Manufacturers open doors to next generation of engineers

29 June 2011 #SMMT News

Students across the country will get the chance to see one of the UK’s vanguard industries today (29 June) as companies in the automotive sector throw open their doors in a pilot for a new government initiative.

As part of the See Inside Manufacturing programme, the Government and industry are calling on the budding young engineers of tomorrow to see how they can play a role in designing, developing or producing some of the world’s most desired and ground-breaking products.

The automotive sector is spearheading the campaign this year inviting pupils, teachers and careers advisers to see first hand some of the UK’s world-class automotive and motorsport facilities and research centres.

They will be able to talk to apprentices and learn more about modern high-value manufacturing and the wide range of rewarding jobs in this exciting and diverse sector.

“The UK has one of the most diverse auto sectors in the world. It is vital for us to enthuse the next generation about the opportunities these industries have for them,” said Business Secretary Vince Cable. “Anyone who visits the research labs or production facilities that drive our economy cannot fail to be impressed. This initiative will give thousands of school pupils and their teachers an experience they may never forget.

“I hope the people who take advantage of this opportunity leave with a better understanding of how they can aspire to be part of the success story of British automotive manufacturing.”

“UK automotive has a strong future built on the foundations of innovative engineering and design,” said Paul Everitt, Chief Executive, SMMT. “See Inside Manufacturing demonstrates the extensive range of exciting careers and apprenticeship opportunities within the sector, enabling young people to see what UK automotive has to offer as one of the most exciting and dynamic industries in the world.”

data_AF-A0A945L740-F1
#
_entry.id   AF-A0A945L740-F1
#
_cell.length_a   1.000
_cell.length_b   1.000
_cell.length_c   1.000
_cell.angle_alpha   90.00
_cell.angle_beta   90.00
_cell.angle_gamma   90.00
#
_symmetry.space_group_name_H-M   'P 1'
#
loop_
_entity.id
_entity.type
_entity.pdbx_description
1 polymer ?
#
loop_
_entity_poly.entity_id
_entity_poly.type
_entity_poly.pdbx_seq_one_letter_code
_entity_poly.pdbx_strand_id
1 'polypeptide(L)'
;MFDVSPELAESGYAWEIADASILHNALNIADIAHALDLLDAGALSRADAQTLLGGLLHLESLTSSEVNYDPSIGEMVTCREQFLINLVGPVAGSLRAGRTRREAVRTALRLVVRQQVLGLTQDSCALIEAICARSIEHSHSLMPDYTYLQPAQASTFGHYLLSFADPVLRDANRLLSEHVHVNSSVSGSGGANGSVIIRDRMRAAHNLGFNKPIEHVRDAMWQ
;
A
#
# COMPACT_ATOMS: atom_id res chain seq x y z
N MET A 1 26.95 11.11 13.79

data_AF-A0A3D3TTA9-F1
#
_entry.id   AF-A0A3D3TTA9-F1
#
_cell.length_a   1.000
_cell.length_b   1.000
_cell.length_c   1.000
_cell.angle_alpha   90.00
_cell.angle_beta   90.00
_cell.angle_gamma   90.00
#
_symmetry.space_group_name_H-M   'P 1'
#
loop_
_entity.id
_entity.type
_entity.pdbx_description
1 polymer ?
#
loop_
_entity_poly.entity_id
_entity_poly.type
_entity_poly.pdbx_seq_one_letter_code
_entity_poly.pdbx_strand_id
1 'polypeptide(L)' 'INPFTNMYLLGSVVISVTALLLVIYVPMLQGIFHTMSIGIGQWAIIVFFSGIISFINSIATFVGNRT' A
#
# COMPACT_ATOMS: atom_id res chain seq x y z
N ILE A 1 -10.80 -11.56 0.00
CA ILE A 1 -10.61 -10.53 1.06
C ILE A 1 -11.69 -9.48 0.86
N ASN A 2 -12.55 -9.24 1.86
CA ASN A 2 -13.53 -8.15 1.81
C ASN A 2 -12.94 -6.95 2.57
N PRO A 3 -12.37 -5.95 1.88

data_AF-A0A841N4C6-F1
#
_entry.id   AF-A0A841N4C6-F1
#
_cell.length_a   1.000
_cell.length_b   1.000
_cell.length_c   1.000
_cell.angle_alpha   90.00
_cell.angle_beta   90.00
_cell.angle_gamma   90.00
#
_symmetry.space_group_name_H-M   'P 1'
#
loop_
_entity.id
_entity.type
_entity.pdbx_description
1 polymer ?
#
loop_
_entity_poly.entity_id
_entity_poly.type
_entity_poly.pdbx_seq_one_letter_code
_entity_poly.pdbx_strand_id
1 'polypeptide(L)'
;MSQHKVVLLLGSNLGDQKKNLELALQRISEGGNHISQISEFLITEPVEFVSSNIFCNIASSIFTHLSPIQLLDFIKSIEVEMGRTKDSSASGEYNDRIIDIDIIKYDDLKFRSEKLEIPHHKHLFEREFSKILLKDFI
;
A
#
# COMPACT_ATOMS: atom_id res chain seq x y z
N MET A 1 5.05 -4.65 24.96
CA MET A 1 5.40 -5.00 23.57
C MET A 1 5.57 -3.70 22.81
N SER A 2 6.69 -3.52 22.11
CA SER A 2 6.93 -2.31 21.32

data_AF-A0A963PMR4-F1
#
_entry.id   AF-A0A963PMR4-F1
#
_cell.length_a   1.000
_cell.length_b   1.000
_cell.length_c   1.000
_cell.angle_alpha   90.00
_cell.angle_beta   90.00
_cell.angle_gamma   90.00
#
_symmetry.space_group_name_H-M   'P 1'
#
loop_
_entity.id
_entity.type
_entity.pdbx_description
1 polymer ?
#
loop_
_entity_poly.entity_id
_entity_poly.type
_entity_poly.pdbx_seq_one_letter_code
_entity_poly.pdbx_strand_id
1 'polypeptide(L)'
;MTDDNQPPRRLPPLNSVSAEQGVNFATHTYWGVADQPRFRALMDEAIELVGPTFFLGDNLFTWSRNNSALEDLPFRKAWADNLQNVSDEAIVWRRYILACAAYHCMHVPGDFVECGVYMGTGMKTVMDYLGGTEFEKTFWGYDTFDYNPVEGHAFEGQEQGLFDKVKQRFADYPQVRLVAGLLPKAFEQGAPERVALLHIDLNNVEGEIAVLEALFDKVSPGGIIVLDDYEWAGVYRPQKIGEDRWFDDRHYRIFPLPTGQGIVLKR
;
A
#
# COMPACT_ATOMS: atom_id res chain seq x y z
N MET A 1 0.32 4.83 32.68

Minister for Manufacturing Mark Prisk said, “Today teachers and careers advisers across the country will get a unique opportunity to see the excitement and sense of achievement that careers in industry could bring to young people in their working lives.

“Our manufacturing industries are known around the world for high-tech, high-quality products. Some of these are brands recognisable to millions, but we are also known for the smaller firms who have carved out a niche in which their skills and innovation are unmatched.

“To secure long-term growth in the UK we must make sure the next generation has both the skills to succeed and the aspiration to use these skills to unlock their own potential.”

More than 35 companies and organisations from the automotive sector including some of the most well known names in the Britain’s car industry are supporting See Inside Manufacturing. The automotive sector is trailblazing this year and it is expected that See Inside Manufacturing will be rolled out to the wider manufacturing sector next year.

Vince Cable is attending See Inside Manufacturing events at BMW’s MINI plant in Oxford and the catalyst manufacturer Johnson Matthey in Royston, while Mark Prisk is visiting Toyota’s engine plant in Deeside and GM’s plant at Ellesmere Port.

The See Inside Manufacturing programme will show the importance of the sector to the UK economy and inspire young people to take up a career in engineering, whether in designing, building or testing new products.

Manufacturing accounts for 55% of UK exports and is vital to the country’s long-term economic success.

This programme is one example of how government and industry are working together to tackle high youth unemployment rates and train more skilled engineers, alongside other measures including:

  • Increased investment in apprenticeships,
  • New national prize for engineering,
  • A new all-age national careers service,
  • Giving colleges and training providers more freedom to work with local businesses to help them meet skills needs.

Click through to download the full schedule of events in June and July from the Automotive Council website.


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